How Do You Run a MapReduce Job (with Python)?

Problem scenario
You have studied what a MapReduce job is conceptually.  But you want to try it out.  You have a Linux server with the Hadoop namenode (aka master node) installed on it.  How do you run a MapReduce job [to understand what it is all about]?

This is just an example.  We tried to make this as simple as possible.  This assumes that Python has been installed on the Hadoop namenode (aka master node) running on Linux.

1.  Deploy Hadoop if it has not been installed.  See this link to deploy Hadoop to a single server.  If you want to set up a multi-node cluster of Hadoop, see these directions. These directions can work with any distribution of Linux, but we found the with CentOS, it was unreliable. (With CentOS we saw ResourceManager stopping inexplicably, excessive CPU consumption, or some other undefined problem that makes the MR jobs take too long. We do not know why because CentOS is a great distribution of Linux.)

2.  Log into the Hadoop namenode (aka master), and then run this Bash program (to get files ready and prepare two Python programs).

mkdir /tmp/contint/

curl > /tmp/contint/2701.txt
curl > /tmp/contint/2694.txt
curl > /tmp/contint/74-0.txt

echo "#!/usr/bin/env python3
# This file is
# This was taken from
# There were slight modifications to it.

import sys

# input comes from STDIN (standard input)
for line in sys.stdin:
        # remove leading and trailing whitespace
        line = line.strip()
        # split the line into words
        words = line.split()
        # increase counters
        for word in words:
                # write the results to STDOUT (standard output);
                # what we output here will be the input for the
                # Reduce step, i.e. the input for
                # tab-delimited; the trivial word count is 1
                print ('%s\t%s' % (word, 1))
" > /tmp/

chmod +x /tmp/

echo "#!/usr/bin/env python3
# This file is
# This was mostly taken from
from operator import itemgetter
import sys

current_word = None
current_count = 0
word = None #this is a test

# input comes from STDIN
for line in sys.stdin:
        # remove leading and trailing whitespace
        line = line.strip()

        # parse the input we got from
        word, count = line.split('\t', 1)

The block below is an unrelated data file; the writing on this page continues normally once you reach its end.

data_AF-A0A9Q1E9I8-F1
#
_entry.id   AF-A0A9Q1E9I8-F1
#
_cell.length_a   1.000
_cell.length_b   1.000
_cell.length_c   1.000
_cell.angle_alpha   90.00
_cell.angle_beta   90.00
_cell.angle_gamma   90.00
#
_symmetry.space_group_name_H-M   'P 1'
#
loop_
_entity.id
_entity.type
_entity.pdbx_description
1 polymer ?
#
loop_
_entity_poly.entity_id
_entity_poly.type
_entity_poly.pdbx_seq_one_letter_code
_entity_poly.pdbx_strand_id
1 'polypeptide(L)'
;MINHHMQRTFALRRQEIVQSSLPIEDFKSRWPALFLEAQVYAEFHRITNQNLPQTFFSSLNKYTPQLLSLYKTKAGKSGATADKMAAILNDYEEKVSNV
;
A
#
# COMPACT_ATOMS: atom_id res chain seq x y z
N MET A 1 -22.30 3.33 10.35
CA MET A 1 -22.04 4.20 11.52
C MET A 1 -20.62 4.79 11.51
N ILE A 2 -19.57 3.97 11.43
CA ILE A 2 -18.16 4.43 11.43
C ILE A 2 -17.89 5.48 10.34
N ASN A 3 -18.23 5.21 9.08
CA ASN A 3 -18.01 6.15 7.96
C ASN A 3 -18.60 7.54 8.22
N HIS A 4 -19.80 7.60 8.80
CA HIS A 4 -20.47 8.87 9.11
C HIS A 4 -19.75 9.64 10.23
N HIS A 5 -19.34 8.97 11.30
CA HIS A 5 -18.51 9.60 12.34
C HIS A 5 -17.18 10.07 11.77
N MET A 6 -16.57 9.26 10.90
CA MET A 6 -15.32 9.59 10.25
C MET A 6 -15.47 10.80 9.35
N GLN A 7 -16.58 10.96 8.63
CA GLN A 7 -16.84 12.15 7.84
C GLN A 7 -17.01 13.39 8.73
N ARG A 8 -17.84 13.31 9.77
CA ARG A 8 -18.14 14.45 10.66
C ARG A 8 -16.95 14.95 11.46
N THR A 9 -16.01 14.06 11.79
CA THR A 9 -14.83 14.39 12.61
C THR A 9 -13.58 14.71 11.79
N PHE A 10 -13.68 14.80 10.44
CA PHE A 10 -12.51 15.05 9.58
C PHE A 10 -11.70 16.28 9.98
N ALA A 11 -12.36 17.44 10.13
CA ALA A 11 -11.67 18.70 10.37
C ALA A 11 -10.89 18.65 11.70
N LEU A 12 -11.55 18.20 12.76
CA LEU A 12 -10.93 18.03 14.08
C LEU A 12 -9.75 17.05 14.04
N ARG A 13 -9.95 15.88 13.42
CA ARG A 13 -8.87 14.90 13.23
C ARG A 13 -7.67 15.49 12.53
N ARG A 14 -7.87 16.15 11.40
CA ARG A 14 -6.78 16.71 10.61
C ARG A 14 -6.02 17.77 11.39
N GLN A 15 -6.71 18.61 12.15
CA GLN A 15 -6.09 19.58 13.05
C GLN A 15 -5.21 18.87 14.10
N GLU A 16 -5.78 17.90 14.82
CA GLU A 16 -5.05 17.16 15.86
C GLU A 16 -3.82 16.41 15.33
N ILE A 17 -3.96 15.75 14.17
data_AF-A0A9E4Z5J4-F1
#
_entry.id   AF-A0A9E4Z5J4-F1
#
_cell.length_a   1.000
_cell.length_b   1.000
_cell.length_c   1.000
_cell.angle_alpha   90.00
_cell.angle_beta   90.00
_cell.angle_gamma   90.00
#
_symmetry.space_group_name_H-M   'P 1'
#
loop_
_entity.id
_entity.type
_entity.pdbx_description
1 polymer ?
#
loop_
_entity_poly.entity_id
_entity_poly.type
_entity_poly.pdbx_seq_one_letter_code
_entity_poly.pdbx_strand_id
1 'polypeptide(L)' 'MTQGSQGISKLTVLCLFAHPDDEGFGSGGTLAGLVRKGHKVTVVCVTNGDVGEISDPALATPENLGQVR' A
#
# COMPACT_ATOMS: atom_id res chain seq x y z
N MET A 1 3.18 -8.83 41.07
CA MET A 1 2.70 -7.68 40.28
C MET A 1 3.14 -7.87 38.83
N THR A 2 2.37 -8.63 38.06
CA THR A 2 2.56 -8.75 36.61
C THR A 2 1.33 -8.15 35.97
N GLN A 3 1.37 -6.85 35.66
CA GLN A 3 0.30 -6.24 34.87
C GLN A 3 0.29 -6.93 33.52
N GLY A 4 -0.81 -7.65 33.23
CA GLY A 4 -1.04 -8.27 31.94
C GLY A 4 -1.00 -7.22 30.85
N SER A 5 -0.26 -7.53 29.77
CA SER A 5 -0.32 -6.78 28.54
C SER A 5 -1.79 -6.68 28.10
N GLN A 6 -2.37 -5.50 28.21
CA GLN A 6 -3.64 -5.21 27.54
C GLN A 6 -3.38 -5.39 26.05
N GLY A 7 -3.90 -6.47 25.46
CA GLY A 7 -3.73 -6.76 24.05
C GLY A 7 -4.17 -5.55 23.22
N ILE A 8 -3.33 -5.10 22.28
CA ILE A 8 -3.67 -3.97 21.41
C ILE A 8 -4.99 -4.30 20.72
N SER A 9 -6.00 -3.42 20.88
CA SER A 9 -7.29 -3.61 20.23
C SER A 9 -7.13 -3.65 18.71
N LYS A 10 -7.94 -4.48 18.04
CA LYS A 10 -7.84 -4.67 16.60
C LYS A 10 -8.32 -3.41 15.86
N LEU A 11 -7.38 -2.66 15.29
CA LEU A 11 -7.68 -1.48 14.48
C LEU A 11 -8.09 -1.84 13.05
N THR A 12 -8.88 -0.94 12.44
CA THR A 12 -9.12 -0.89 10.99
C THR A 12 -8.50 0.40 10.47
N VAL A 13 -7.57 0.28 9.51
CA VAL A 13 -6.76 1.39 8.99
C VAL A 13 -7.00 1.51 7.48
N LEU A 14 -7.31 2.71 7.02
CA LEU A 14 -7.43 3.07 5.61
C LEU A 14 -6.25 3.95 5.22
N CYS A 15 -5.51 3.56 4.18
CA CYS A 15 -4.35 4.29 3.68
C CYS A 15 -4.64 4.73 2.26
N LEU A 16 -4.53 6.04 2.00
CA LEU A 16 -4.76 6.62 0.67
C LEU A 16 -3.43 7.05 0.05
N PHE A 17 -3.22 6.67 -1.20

# convert count (currently a string) to int
                count = int(count)
        except ValueError:
                # count was not a number, so silently
                # ignore/discard this line

                # this IF-switch only works because Hadoop sorts map output
                # by key (here: word) before it is passed to the reducer
        if current_word == word:
                current_count += count
                if current_word:
                        # write result to STDOUT
                        print('%s\t%s' % (current_word, current_count))
                        current_count = count
                        current_word = word

# do not forget to output the last word if needed!
if current_word == word:
        print('%s\t%s' % (current_word, current_count))
" > /tmp/

chmod +x /tmp/

echo "Script finished."
echo "***********************************************************************************"
echo ""
# Scripting the below is problematic on Ubuntu/Debian if the script is run via a "sudo" command.
# Plus the below is just an example. Some people may want to call the directory something else.
echo " Run these commands (or commands like these) to prepare a directory to run the hadoop commands:

su hduser
cd ~
mkdir placetowork
cp /tmp/ placetowork/
cp /tmp/ placetowork/
chown -R hduser:hadoop placetowork

# Then run these commands manually as the hduser in the placetowork subdirectory:
bash /usr/local/hadoop/sbin/
bash /usr/local/hadoop/sbin/
# run the above two commands again just in case. (sometimes it is necessary; you could use "jps" to verify if they need to be run once again)
bash /usr/local/hadoop/sbin/
bash /usr/local/hadoop/sbin/

hdfs dfs -mkdir -p /usr/hduser/contint
hdfs dfs -copyFromLocal /tmp/contint/* /usr/hduser/

# The command below maybe needs to use /home/hduser instead of the /user/hduser
hadoop jar /usr/local/hadoop/share/hadoop/tools/lib/hadoop-streaming-3.3.0.jar -file /tmp/ -mapper /tmp/ -file /tmp/ -reducer /tmp/ -input /usr/hduser/* -output /usr/hduser/contint-output -verbose

3.  Find the hadoop-streaming*.jar file.  Run this command if you need to find it:

sudo find / -name hadoop-streaming-*.jar

4.  Optional step.  Run this command after your replace "/user/hduser" with the directory in your hdfs that you will write to:   hdfs dfs -ls /user/hduser

# This just tests you are able to use hdfs with the user you are logged in as.

5.  Run the command below after you replace "/usr/local/hadoop/share/hadoop/tools/lib/hadoop-streaming-3.3.0.jar" with the path and file name of the hadoop-streaming*.jar file you have and after you replace "/user/hduser/" with the HDFS path your user has permissions to write to:

hadoop jar /usr/local/hadoop/share/hadoop/tools/lib/hadoop-streaming-3.3.0.jar -file /tmp/ -mapper /tmp/ -file /tmp/ -reducer /tmp/ -input /user/hduser/* -output /user/hduser/contint-output -verbose

6. Optional step. You can run this command to see the status of your job:

mapred job -list all
# if you have an old version of hadoop, try this command: hadoop job -list all

The above directions were tested on Ubuntu 20.x, SUSE 15.x and CentOS 8.x Linux servers (as well as other types including different versions of RHEL). With CentOS we saw some unreliable problems. We do think CentOS is a great OS however.

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